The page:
I had always been nonconforming (to say the least). Anyone who knew me would agree that I could always find logical reasons for why a rule was meant to be broken. “It’s not hurting anyone”, I would say. I was raised in a stable household with parents, grandparents, and other family members who were upstanding citizens that had never even gotten a parking ticket, so it’s hard to comprehend where I got my notion on rule breaking. Of course, as I’ve gotten older, life experiences have changed my views.
Back when I was in college, a close family member was diagnosed with a terminal illness whose symptoms required the use of a wheelchair. Since I would be the person transporting this family member to and from the doctor, an acquaintance suggested that I should obtain a handicapped parking permit. The importance of having this permit was immediately obvious, as the illness prevented my family member from being able to do anything without assistance. With hospital and doctor visits happening frequently, and getting in and out of a car being such a strenuous task, it was so much easier to arrive on time for appointments with a designated place to park that was close to the entrance and had room to maneuver the wheelchair. Without the permit, I’d have to hold up traffic at the entrance of an establishment while I helped him out, and then I’d have to leave him alone at the entrance while I went to go find parking.
So, I found the handicapped permit to be a great convenience. I could now easily rush into the pharmacy to get his medication, or run into the grocery store to get his groceries. But that’s not where the convenience ended. Everywhere I went, I found myself parking in the handicap spot. I could now quickly run into the mall and pick out a shirt to wear that evening. I could now get to the concert venue and park near the entrance without waiting in long parking lines. I could now go to that popular late night spot that I usually avoided due to the pain of parking. And best of all, everywhere I went, my new car would stay free of door dings and scratches.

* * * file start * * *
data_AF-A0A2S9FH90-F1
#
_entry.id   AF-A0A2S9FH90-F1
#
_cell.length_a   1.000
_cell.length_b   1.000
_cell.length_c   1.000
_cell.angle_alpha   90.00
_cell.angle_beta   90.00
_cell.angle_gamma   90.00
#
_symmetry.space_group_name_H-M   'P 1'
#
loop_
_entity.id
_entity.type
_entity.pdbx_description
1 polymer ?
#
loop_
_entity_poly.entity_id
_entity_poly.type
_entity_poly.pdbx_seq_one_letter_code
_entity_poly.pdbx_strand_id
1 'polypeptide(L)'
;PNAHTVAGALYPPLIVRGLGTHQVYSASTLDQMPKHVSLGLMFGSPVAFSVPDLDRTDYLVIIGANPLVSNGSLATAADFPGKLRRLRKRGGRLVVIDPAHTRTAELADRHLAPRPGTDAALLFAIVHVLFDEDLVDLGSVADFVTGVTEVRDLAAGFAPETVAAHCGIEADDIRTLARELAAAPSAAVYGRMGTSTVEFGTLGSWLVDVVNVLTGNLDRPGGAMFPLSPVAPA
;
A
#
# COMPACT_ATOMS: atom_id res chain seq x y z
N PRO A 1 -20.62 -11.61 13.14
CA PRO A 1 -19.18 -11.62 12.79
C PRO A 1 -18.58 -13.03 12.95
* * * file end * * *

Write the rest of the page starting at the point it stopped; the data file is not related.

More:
Parking in the handicapped spot just became “the norm”. It wasn’t even a question. In fact, if I ever left the house and forgot the permit, I would go back and get it. Soon enough, some of my friends would say, “Let’s go in your car, you have the permit”. Of course, some frowned at it, but I always thought that someone who really needed it would do what I had done; drop off the person in a wheelchair by the entrance and go find another spot. After all, most of the people I saw parked in a handicap spot were either stepping out or stepping in to the drivers seat. I rarely saw anyone rolling out on a ramp in a wheelchair.
After some time had passed, and sadly so had my family member, the permit was still valid and I would sometimes use it to drive around my elderly grandparents. So, before it expired, I made sure to renew it so that I could continue using it for them, and myself of course.
I continued to be able to park at the front of the stadium for Sunday’s football game, or park right next to the elevator in the parking garage, and in some parts of town, handicap vehicles wouldn’t even have to pay for parking! It was great, and it became as essential to me as having a cell phone; I would never leave home without it.
Eventually, the permit expired, and as some more years passed, I got older and some body pains ensued. Getting up in the morning required some warming up to really get going, and although I could jog 5 miles a day, I really felt the pain afterwards. I thought to myself, “It sure would be great to have that handicap permit again”. Then, at a doctor’s visit, my doctor said, “No worries, if you’re in pain, you need it”. Wow! That was easy. Back in business.
It had been a while since I’d had the permit, and it seemed that now there were more assigned handicap spaces than before, but it also seemed like there were more permits as well. For example, most stadiums had dozens of handicap spaces, but it was common to arrive to an entertainment or sporting event and find the spots filled with luxury vehicles and massive SUVs spilling out normally walking individuals.